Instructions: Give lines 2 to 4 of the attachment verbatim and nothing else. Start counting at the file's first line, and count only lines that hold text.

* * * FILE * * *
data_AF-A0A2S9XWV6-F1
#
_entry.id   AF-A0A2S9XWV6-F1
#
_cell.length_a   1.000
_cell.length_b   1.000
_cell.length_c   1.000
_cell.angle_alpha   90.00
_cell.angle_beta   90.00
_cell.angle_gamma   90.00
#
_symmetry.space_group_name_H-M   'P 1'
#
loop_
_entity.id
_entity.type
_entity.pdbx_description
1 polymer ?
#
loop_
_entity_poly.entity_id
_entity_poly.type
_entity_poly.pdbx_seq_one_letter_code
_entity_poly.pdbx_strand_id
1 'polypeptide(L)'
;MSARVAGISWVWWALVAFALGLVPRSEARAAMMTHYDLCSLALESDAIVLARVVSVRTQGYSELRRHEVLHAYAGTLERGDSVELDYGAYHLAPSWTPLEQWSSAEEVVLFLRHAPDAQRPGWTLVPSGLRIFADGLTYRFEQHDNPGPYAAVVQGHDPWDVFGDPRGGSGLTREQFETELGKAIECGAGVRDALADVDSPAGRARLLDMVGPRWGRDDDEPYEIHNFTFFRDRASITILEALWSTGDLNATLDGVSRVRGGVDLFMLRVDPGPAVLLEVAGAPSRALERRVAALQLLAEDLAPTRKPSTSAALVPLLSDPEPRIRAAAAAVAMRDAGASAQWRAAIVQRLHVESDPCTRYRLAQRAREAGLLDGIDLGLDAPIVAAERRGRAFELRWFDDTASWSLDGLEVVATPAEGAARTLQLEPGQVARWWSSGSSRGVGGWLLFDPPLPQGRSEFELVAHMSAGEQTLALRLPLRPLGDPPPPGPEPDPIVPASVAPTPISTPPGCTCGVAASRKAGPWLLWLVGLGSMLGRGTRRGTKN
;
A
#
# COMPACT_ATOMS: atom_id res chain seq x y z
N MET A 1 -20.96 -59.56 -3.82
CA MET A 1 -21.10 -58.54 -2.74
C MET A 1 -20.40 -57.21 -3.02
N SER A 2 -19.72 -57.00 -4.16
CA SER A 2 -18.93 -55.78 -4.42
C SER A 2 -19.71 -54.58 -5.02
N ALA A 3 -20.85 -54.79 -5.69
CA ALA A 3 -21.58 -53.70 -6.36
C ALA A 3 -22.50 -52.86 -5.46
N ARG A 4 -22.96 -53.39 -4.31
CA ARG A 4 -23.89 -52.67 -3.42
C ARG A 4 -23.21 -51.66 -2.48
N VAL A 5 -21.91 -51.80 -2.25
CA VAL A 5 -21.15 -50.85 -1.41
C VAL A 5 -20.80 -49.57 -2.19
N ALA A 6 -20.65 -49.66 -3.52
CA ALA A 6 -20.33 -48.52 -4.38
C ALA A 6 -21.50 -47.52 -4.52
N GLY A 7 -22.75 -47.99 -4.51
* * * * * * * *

#
_entry.id   AF-A0A2S9XWV6-F1
#